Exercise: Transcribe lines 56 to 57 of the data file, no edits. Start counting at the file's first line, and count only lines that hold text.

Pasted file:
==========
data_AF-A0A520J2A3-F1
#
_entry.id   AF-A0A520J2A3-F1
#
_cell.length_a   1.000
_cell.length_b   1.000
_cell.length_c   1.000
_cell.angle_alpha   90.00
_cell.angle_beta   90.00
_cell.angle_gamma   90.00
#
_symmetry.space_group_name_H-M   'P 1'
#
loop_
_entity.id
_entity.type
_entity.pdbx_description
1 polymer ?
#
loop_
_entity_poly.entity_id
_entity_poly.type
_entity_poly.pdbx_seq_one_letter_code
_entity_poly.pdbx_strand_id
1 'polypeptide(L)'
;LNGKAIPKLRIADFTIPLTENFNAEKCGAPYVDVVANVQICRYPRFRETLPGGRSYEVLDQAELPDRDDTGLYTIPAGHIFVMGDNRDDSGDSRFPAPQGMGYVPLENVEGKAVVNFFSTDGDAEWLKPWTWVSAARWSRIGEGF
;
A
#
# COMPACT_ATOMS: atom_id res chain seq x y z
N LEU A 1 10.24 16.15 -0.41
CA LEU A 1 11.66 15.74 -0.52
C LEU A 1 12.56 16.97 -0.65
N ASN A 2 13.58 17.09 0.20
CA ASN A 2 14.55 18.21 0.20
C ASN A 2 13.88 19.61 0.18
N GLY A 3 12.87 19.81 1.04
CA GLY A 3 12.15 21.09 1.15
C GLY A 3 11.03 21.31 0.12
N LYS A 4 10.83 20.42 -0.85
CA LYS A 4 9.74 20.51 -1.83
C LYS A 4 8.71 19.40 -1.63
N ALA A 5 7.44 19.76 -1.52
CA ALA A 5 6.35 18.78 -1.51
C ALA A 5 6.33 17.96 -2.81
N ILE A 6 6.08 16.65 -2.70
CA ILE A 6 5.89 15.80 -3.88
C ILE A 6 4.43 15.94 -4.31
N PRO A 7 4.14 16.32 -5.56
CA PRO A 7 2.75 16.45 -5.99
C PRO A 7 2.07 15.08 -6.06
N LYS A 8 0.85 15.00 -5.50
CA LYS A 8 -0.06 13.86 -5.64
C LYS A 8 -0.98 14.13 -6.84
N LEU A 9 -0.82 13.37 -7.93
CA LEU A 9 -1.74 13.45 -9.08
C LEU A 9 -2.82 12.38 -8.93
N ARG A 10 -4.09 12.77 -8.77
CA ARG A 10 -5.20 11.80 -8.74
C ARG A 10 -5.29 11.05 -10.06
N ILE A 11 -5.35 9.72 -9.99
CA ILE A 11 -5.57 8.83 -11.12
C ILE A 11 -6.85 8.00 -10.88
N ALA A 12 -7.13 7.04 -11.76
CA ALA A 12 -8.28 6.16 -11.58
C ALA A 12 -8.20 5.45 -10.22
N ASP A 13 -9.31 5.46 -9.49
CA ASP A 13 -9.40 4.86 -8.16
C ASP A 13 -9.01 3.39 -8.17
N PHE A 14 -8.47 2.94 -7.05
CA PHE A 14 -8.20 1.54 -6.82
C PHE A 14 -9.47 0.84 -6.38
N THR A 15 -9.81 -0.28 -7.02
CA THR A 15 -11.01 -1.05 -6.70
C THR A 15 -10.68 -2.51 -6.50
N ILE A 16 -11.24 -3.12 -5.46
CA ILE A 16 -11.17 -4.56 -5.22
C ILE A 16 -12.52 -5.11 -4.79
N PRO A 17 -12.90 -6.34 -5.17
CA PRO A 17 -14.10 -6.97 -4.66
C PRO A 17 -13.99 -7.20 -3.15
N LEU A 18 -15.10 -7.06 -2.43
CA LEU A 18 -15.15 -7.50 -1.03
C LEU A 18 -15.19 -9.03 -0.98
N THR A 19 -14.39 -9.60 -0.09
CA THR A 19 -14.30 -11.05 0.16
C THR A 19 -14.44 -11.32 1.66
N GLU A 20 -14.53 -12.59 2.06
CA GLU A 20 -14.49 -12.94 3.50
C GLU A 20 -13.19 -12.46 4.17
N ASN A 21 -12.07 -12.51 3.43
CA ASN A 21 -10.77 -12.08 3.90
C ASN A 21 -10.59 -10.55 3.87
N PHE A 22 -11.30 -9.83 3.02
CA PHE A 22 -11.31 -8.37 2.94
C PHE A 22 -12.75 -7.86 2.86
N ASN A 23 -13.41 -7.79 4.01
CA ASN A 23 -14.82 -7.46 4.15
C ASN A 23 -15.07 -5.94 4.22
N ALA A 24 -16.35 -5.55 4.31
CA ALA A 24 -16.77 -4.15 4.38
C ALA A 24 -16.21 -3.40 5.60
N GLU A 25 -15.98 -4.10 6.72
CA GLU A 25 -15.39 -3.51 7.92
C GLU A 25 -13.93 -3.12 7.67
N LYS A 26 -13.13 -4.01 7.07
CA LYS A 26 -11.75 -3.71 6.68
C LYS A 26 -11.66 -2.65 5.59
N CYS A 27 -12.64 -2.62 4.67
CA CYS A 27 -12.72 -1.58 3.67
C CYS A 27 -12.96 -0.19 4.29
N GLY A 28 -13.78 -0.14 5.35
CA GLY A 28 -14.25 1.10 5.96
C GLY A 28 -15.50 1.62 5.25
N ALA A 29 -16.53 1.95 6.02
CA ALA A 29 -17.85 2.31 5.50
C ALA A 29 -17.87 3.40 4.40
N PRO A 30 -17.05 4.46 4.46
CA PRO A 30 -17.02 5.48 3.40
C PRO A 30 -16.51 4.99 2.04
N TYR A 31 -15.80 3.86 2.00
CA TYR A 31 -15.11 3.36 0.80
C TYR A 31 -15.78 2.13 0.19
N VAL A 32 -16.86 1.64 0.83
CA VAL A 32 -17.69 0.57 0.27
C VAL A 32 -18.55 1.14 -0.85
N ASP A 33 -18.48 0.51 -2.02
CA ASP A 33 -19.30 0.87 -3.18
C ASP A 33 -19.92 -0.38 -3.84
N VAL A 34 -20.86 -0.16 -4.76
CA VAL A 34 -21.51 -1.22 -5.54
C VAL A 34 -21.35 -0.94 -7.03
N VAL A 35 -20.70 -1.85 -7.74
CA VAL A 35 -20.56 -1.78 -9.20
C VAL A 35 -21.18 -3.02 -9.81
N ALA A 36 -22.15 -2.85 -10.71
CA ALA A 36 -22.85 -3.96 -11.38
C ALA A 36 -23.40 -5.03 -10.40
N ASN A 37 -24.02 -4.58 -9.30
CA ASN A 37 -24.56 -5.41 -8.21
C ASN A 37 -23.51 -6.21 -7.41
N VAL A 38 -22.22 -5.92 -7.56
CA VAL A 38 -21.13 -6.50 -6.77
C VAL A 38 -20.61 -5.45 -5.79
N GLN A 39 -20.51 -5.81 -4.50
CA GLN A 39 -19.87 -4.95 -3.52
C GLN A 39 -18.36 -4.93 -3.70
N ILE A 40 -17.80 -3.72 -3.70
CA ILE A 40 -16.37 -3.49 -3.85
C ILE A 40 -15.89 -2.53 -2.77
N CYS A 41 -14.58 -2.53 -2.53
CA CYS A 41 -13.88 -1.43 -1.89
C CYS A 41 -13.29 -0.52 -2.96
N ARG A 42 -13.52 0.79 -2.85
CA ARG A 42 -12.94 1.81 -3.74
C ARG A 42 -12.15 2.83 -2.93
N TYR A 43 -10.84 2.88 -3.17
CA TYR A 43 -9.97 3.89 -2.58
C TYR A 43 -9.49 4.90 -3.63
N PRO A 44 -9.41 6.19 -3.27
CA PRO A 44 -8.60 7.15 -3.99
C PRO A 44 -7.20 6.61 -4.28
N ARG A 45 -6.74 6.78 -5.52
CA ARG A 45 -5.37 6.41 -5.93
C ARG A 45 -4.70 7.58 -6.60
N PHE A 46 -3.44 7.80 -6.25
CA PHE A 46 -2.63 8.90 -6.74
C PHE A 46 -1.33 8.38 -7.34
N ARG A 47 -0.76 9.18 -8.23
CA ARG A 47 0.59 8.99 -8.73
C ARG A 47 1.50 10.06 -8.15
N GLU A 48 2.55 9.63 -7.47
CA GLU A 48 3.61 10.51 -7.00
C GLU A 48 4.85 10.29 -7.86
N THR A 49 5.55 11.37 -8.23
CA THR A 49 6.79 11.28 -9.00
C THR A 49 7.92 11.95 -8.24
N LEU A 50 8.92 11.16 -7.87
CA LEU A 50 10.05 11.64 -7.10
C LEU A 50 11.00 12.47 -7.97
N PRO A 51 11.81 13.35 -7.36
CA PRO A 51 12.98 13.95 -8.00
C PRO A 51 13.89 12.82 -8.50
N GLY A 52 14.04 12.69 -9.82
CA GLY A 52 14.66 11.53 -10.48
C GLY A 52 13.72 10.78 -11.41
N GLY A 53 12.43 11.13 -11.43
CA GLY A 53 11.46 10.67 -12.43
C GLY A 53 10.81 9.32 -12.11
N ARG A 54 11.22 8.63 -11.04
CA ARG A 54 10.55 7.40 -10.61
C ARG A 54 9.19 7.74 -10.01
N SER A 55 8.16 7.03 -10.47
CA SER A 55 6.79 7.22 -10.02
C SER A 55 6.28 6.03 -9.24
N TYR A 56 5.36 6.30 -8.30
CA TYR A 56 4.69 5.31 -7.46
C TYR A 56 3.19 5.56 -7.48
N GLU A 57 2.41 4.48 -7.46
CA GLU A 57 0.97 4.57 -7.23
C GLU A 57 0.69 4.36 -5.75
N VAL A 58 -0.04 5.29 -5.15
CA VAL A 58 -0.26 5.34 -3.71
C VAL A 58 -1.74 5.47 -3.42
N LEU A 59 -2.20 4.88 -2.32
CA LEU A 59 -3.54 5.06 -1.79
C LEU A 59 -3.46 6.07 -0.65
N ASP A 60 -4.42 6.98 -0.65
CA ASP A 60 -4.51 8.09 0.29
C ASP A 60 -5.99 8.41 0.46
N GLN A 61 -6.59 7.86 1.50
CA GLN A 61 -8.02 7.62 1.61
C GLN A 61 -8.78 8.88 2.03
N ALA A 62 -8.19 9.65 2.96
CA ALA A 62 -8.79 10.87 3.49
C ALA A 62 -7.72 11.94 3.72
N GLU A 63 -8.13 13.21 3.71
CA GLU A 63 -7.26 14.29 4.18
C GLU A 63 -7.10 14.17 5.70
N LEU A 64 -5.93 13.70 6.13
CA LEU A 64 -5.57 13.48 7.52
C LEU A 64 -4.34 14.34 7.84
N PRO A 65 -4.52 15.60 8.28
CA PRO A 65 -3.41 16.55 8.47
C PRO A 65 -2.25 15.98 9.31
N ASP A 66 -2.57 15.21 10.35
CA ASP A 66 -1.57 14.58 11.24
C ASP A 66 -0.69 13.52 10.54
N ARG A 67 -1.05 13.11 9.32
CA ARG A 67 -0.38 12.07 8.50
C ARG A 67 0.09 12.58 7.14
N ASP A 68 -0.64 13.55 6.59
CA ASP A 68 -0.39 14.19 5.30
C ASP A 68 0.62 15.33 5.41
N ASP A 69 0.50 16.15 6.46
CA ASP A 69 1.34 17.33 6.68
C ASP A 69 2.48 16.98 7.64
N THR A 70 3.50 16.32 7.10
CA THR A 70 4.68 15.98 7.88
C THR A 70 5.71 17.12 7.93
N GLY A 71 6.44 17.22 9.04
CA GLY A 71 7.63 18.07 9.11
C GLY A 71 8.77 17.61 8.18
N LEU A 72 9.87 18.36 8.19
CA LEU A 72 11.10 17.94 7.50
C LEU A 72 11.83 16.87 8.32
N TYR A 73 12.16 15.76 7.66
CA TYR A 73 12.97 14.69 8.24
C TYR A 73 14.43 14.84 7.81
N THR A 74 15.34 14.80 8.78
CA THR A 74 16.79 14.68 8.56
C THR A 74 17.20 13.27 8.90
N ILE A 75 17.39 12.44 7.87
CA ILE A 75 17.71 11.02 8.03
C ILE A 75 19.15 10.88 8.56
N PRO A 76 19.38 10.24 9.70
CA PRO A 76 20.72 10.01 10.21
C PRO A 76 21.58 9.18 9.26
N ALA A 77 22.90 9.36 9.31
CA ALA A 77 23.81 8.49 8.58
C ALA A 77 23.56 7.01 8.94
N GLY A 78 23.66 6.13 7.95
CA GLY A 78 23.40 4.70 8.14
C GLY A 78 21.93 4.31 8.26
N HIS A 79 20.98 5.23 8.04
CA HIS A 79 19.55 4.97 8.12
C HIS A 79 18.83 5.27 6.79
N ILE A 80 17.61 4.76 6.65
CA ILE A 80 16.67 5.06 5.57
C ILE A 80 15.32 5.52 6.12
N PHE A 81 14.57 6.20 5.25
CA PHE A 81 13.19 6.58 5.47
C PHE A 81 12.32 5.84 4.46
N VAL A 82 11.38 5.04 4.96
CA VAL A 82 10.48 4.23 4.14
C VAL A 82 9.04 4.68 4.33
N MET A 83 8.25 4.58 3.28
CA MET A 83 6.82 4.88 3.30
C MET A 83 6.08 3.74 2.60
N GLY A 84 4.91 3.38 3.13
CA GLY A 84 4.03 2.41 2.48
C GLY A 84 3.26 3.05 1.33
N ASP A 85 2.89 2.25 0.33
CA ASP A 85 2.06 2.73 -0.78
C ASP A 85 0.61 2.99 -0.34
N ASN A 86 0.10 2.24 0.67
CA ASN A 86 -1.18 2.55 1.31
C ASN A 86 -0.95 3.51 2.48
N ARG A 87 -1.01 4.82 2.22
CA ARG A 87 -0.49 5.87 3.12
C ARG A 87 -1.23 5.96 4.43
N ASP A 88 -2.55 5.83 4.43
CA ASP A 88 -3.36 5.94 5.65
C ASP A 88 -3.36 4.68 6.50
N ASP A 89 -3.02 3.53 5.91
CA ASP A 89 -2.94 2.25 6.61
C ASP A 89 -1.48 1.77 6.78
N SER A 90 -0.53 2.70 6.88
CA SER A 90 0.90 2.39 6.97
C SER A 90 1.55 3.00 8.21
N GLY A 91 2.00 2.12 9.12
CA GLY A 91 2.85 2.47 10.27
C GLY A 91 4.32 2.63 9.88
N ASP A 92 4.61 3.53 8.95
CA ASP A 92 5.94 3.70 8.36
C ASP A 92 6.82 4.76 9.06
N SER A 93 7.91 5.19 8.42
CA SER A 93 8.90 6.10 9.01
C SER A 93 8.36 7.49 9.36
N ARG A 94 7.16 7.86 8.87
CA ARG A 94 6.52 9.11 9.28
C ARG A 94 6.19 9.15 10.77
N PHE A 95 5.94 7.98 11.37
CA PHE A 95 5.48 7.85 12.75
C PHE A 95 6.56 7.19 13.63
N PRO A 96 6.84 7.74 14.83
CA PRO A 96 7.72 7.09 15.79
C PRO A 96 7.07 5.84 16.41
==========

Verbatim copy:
CA LEU A 9 -1.74 13.45 -9.08
C LEU A 9 -2.82 12.38 -8.93